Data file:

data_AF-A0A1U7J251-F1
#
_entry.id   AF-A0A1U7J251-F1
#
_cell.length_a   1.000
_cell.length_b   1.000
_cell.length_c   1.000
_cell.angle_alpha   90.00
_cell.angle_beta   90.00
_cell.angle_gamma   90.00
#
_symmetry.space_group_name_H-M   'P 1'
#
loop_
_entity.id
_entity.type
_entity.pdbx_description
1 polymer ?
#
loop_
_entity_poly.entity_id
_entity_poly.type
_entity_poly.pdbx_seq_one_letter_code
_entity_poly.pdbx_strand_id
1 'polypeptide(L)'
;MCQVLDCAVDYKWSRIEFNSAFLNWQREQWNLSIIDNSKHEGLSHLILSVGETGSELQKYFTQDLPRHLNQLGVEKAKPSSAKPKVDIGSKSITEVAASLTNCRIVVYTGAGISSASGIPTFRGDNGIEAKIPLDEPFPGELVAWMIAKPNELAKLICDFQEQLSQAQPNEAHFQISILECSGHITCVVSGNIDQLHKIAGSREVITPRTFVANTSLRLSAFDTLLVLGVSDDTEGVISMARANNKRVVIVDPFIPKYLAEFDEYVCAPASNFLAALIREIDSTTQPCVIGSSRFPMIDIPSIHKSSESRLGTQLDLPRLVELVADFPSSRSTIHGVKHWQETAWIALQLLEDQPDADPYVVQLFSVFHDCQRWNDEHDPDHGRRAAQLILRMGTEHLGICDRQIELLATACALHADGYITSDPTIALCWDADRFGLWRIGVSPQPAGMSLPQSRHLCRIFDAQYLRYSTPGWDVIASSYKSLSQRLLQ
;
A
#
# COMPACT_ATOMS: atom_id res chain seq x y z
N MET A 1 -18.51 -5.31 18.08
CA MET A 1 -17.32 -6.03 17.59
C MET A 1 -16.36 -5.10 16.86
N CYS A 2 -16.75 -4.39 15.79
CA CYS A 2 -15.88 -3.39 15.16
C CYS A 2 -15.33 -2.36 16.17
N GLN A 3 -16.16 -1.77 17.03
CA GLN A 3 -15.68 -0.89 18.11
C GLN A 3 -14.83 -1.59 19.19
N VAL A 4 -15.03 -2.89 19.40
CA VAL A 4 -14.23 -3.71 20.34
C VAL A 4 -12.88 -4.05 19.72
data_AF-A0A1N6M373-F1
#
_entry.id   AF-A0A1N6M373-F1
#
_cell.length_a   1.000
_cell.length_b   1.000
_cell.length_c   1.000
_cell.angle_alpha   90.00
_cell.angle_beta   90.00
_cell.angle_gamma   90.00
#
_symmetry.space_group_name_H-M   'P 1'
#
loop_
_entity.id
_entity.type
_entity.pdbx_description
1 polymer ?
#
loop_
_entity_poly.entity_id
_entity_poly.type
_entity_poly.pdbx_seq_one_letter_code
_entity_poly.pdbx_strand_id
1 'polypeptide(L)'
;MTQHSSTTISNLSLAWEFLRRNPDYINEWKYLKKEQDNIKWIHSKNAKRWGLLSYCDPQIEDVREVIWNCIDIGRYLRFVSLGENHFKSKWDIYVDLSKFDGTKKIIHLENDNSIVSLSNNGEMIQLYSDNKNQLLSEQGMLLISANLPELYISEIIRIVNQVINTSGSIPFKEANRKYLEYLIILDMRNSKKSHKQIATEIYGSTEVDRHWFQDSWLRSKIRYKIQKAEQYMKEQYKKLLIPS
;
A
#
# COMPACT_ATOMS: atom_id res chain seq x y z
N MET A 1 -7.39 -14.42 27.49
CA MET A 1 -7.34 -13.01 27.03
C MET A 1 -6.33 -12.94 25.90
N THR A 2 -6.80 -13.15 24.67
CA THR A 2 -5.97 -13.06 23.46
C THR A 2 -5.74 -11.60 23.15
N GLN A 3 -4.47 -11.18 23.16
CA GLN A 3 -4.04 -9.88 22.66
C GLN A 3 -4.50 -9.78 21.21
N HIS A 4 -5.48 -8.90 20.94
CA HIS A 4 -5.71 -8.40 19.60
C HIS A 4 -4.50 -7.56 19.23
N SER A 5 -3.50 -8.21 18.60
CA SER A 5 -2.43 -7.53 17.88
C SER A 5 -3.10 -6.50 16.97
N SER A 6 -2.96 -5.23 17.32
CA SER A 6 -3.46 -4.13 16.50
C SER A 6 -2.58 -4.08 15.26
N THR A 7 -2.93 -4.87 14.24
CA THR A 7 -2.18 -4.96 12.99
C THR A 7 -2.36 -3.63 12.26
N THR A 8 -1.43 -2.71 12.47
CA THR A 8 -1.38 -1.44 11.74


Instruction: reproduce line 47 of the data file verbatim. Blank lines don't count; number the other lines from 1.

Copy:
_cell.length_a   1.000